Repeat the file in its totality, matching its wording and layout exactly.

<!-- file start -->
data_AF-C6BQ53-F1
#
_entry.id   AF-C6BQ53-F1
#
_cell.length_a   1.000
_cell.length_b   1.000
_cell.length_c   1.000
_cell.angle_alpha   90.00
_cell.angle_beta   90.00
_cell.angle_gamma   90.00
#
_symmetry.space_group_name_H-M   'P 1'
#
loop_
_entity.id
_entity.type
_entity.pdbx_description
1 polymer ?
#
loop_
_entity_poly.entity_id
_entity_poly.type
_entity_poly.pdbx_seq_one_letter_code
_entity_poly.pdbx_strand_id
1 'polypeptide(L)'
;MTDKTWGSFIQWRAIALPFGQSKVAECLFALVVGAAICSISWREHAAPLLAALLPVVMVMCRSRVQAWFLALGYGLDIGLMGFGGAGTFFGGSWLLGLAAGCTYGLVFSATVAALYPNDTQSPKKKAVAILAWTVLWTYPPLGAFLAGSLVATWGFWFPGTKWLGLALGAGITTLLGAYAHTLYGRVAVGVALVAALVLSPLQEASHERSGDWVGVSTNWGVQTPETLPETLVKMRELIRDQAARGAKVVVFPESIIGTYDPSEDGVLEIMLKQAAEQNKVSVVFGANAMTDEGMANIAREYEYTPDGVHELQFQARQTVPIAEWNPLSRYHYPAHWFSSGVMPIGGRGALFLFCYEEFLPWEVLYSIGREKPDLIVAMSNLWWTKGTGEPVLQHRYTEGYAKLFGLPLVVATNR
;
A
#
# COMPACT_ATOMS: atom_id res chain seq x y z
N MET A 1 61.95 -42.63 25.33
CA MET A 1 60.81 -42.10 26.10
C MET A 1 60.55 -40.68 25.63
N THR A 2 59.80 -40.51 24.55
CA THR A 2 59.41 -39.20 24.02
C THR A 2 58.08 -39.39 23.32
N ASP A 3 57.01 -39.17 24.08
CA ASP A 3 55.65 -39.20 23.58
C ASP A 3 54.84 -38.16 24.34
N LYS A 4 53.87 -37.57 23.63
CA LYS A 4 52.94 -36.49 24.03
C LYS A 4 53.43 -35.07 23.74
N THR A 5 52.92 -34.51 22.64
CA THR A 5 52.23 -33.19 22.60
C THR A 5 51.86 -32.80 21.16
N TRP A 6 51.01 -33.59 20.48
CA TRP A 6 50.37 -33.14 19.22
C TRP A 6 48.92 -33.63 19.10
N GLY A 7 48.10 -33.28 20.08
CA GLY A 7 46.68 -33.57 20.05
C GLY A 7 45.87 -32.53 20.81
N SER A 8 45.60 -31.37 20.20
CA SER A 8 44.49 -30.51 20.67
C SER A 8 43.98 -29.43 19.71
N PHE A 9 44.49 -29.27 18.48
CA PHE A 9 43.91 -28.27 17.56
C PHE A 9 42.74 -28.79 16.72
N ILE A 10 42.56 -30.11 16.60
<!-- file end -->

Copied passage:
data_AF-C6BQ53-F1
#
_entry.id   AF-C6BQ53-F1
#
_cell.length_a   1.000
_cell.length_b   1.000
_cell.length_c   1.000
_cell.angle_alpha   90.00
_cell.angle_beta   90.00
_cell.angle_gamma   90.00
#
_symmetry.space_group_name_H-M   'P 1'
#
loop_
_entity.id
_entity.type
_entity.pdbx_description
1 polymer ?
#
loop_
_entity_poly.entity_id
_entity_poly.type
_entity_poly.pdbx_seq_one_letter_code
_entity_poly.pdbx_strand_id
1 'polypeptide(L)'
;MTDKTWGSFIQWRAIALPFGQSKVAECLFALVVGAAICSISWREHAAPLLAALLPVVMVMCRSRVQAWFLALGYGLDIGLMGFGGAGTFFGGSWLLGLAAGCTYGLVFSATVAALYPNDTQSPKKKAVAILAWTVLWTYPPLGAFLAGSLVATWGFWFPGTKWLGLALGAGITTLLGAYAHTLYGRVAVGVALVAALVLSPLQEASHERSGDWVGVSTNWGVQTPETLPETLVKMRELIRDQAARGAKVVVFPESIIGTYDPSEDGVLEIMLKQAAEQNKVSVVFGANAMTDEGMANIAREYEYTPDGVHELQFQARQTVPIAEWNPLSRYHYPAHWFSSGVMPIGGRGALFLFCYEEFLPWEVLYSIGREKPDLIVAMSNLWWTKGTGEPVLQHRYTEGYAKLFGLPLVVATNR
;
A
#
# COMPACT_ATOMS: atom_id res chain seq x y z
N MET A 1 61.95 -42.63 25.33
CA MET A 1 60.81 -42.10 26.10
C MET A 1 60.55 -40.68 25.63
N THR A 2 59.80 -40.51 24.55
CA THR A 2 59.41 -39.20 24.02
C THR A 2 58.08 -39.39 23.32
N ASP A 3 57.01 -39.17 24.08
CA ASP A 3 55.65 -39.20 23.58
C ASP A 3 54.84 -38.16 24.34
N LYS A 4 53.87 -37.57 23.63
CA LYS A 4 52.94 -36.49 24.03
C LYS A 4 53.43 -35.07 23.74
N THR A 5 52.92 -34.51 22.64
CA THR A 5 52.23 -33.19 22.60
C THR A 5 51.86 -32.80 21.16
N TRP A 6 51.01 -33.59 20.48
CA TRP A 6 50.37 -33.14 19.22
C TRP A 6 48.92 -33.63 19.10
N GLY A 7 48.10 -33.28 20.08
CA GLY A 7 46.68 -33.57 20.05
C GLY A 7 45.87 -32.53 20.81
N SER A 8 45.60 -31.37 20.20
CA SER A 8 44.49 -30.51 20.67
C SER A 8 43.98 -29.43 19.71
N PHE A 9 44.49 -29.27 18.48
CA PHE A 9 43.91 -28.27 17.56
C PHE A 9 42.74 -28.79 16.72
N ILE A 10 42.56 -30.11 16.60